While the pandemic is spurring new spending and media habits across demographic lines, distinct consumer segments are emerging, based on differing levels of financial strain. To resonate with consumers as the public health crisis abates, it is crucial to tailor brand messaging according to the nation’s stratified economic realities. Our proprietary study reveals three nascent consumer segments — Recoverers, Modifiers, and Optimists — who exhibit unique financial mindsets:

FIG-Exchange-Infographics FIG-Exchange-Infographics mindsets
  • Recoverers (26 percent)

This segment has been dealt the worst hand: they’ve lost income, depleted their savings, and are generally discouraged about what the future holds. In other words, the Recoverers are in dire need of a break. To reach this subgroup, brands need to play the role of caregiver, offering concrete help and sources of security and safety. 

  • Modifiers (47 percent)

This group has suffered minimal financial damage during the pandemic. Some may have been furloughed or taken pay cuts during the lockdown, but they are poised to re-establish steady income flows as soon as the recession ends. To engage Modifiers, brands should send messages of encouragement, share strategies for returning to normalcy, and facilitate a sense of community. 

  • Optimists (27 percent)

This fortunate subset of the population has maintained pre-pandemic income levels and perhaps even benefited from the current situation. After weeks spent working from home, barred from their usual opportunities to spend money, members of this group are eager to make use of their quarantine savings and take advantage of deals in a bear market. Brands looking to resonate with Optimists will do well with inspiring campaigns that appeal to their excitement to emerge from isolation and long-overdue urge to indulge.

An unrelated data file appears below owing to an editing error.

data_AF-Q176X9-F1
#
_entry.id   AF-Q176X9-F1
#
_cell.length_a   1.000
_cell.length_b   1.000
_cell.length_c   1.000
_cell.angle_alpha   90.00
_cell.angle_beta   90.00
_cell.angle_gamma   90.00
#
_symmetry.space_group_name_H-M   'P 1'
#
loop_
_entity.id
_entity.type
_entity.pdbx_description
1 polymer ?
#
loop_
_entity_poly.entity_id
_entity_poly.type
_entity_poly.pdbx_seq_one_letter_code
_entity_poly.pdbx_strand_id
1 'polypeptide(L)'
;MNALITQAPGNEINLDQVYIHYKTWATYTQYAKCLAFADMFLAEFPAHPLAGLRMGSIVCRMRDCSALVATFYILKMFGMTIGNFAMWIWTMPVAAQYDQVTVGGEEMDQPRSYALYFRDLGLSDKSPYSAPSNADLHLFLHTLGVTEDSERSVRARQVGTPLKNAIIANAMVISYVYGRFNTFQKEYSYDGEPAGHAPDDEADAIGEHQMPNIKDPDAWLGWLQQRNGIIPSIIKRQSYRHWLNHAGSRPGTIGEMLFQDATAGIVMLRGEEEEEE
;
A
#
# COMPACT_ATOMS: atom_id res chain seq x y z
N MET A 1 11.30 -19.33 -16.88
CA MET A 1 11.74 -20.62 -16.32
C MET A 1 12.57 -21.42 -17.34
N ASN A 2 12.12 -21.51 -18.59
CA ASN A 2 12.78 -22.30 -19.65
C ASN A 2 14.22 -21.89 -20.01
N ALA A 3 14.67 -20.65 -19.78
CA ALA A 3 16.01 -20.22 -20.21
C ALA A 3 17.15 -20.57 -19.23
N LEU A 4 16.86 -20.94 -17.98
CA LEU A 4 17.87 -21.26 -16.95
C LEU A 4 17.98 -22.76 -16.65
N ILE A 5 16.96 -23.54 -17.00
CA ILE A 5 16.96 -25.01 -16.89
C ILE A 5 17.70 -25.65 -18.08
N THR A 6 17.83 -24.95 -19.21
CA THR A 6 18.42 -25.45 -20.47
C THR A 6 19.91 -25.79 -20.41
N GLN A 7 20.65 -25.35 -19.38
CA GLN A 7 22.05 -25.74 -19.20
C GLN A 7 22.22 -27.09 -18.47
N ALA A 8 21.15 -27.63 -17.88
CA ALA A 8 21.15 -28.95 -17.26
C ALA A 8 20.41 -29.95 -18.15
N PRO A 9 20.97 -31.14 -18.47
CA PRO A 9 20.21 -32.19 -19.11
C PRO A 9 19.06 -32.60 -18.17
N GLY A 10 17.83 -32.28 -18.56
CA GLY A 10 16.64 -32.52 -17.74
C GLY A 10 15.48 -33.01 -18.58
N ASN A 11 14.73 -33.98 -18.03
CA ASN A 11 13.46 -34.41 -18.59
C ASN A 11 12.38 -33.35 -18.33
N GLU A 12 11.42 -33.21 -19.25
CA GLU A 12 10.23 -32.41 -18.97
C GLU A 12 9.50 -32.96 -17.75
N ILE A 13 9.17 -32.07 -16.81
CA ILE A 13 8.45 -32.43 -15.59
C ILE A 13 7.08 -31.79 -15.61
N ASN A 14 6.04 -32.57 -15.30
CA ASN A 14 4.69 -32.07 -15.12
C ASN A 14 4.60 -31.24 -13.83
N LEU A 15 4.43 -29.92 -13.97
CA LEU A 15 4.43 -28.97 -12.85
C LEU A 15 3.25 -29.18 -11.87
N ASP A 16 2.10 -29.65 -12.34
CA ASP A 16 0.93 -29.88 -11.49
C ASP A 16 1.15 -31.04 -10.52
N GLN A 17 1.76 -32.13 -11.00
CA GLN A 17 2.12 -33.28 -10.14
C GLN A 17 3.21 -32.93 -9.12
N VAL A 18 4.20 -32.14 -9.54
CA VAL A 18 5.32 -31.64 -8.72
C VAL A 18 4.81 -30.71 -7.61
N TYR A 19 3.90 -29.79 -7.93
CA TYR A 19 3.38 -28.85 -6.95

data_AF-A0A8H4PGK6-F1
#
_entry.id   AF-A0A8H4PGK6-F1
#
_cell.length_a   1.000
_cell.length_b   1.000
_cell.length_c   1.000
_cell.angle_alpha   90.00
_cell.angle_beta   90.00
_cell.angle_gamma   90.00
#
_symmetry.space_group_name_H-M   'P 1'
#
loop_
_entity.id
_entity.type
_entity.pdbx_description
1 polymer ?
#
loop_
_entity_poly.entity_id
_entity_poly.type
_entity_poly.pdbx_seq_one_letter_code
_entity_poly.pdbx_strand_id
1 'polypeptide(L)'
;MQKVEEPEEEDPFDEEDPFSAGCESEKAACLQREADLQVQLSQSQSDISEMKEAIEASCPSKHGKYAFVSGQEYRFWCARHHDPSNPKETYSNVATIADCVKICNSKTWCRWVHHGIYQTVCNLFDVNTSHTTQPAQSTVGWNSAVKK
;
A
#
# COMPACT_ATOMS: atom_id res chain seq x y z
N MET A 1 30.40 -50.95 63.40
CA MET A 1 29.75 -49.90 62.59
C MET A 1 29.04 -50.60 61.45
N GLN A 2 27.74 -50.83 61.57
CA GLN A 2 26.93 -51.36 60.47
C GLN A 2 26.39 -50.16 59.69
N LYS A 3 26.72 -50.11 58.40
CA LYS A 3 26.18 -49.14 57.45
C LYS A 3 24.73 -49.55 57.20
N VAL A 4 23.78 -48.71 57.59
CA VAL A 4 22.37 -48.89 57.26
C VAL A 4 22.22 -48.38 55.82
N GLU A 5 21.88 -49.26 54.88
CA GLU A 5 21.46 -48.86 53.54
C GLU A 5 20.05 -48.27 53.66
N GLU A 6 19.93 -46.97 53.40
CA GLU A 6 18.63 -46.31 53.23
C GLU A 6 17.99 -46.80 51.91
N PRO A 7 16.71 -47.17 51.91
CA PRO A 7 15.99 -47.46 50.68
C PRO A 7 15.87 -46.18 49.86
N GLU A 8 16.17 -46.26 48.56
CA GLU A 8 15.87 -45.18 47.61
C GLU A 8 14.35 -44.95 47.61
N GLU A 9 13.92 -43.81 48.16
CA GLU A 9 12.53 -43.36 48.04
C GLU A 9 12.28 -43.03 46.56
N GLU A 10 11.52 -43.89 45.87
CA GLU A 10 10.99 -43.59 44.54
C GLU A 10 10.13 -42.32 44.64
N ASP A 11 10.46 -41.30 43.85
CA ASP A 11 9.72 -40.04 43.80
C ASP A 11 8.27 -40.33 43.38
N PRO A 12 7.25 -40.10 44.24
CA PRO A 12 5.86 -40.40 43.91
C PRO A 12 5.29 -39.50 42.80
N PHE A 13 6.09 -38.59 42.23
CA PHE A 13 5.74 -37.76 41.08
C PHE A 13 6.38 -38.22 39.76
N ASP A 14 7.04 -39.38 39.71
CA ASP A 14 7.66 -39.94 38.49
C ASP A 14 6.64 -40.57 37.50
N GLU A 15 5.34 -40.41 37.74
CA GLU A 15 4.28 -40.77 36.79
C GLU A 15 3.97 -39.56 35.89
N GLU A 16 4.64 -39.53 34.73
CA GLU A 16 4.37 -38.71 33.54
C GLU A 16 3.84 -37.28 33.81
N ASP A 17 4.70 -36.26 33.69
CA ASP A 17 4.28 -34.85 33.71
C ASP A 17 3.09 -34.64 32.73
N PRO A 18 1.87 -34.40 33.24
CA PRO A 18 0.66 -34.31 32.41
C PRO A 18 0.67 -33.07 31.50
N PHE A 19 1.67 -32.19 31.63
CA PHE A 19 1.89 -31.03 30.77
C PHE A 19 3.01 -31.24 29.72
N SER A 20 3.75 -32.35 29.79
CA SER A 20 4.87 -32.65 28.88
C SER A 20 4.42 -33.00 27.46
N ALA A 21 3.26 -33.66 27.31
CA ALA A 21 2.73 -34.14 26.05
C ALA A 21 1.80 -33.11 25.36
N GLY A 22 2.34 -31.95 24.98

FIG-Exchange-Infographics FIG-Exchange-Infographics 1

FIG COVID Segmentation Study. May 2020.

For more detailed strategies on reaching each group, see our triad of concise analyses:

Meet the Recoverers

Meet the Modifiers

Meet the Optimists

Consumers are returning to public life, but their transition is slow, staggered, and cautious. And when they do finally reach a semblance of “normal,” it won’t look like it used to. The novel coronavirus is etching indelible marks on consumer psyches; to resonate with post-pandemic audiences, brands need to not only accommodate, but celebrate, the new patterns. As people emerge from weeks of isolation and fear, now is the time to proffer clear messages of solidarity, support, and prudent optimism.